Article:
And we certainly were not losers in any sense of the
word. Not only were we able to get the
word out about a great new project we are working on to a great group of
people, but even had several kind donations after the voting to help further
our work. Thank you to everyone who was
I have no excuses for my negligence in keeping posts current for Huajatolla Heritage Foundation. Sometimes the only thing I am Queen of is procrastination!
There are always good things happening behind the scenes with our fledgling non-profit. We sponsored a most successful Traditions Winter Market on December 7th. We were fortunate to participate in the Spanish Peaks Business Alliance on December 12th and had our work validated monetarily through donations of community members that believe in our mission of honoring cultural diversity in our area through art, education and presentation. We are so grateful to have others recognize the value of our work.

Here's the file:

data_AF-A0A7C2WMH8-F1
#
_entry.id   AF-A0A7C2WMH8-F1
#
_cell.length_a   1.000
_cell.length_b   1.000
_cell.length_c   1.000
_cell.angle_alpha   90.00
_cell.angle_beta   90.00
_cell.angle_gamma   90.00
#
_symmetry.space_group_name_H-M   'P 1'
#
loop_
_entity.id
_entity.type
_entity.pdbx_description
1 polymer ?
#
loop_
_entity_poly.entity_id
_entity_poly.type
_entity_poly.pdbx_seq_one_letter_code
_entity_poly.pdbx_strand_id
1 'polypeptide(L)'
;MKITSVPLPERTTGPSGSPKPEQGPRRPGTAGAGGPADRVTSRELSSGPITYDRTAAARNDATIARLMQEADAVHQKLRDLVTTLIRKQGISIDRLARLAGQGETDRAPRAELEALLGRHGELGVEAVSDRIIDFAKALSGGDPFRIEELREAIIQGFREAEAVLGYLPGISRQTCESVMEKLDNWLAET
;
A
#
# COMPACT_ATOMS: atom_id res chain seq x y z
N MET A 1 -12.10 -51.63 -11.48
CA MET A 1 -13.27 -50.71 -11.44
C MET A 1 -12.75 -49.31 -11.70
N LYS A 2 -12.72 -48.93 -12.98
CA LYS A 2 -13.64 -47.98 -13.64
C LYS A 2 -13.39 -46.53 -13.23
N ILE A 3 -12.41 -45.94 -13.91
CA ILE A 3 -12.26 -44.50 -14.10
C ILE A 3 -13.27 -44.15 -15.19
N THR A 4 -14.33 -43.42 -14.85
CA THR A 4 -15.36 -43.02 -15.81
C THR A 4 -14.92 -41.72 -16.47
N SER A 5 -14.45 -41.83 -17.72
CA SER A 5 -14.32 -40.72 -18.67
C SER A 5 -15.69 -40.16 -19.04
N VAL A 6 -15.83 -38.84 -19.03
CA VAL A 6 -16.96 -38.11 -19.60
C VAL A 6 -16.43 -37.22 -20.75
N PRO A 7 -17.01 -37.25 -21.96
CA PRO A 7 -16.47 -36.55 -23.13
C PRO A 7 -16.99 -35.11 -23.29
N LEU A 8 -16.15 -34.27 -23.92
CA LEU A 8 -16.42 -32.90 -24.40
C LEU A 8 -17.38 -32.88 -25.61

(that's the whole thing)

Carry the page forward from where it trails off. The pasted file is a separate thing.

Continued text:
We are working on planning our 4th Huajatolla Heritage Festival. It will be June 6th and 7th and again held on the grounds of Francisco Fort Museum. We are fortunate that Shelly Morningsong and Fabian Fontanelle will be returning as our featured guests. Shelly was named the Native American Music Performer of the Year (as well as winning in two other categories). That will come as no surprise to any that got to meet Shelly and Fabian and see their performances. Not only are they world class performers, they also are two of the nicest, most sincere individuals I have ever met. In addition to appearing both days at the Festival, they will also be offering a concert to support our work Saturday evening, June 6th at the Mercantile. They put on performances around the world. We are so lucky they love La Veta!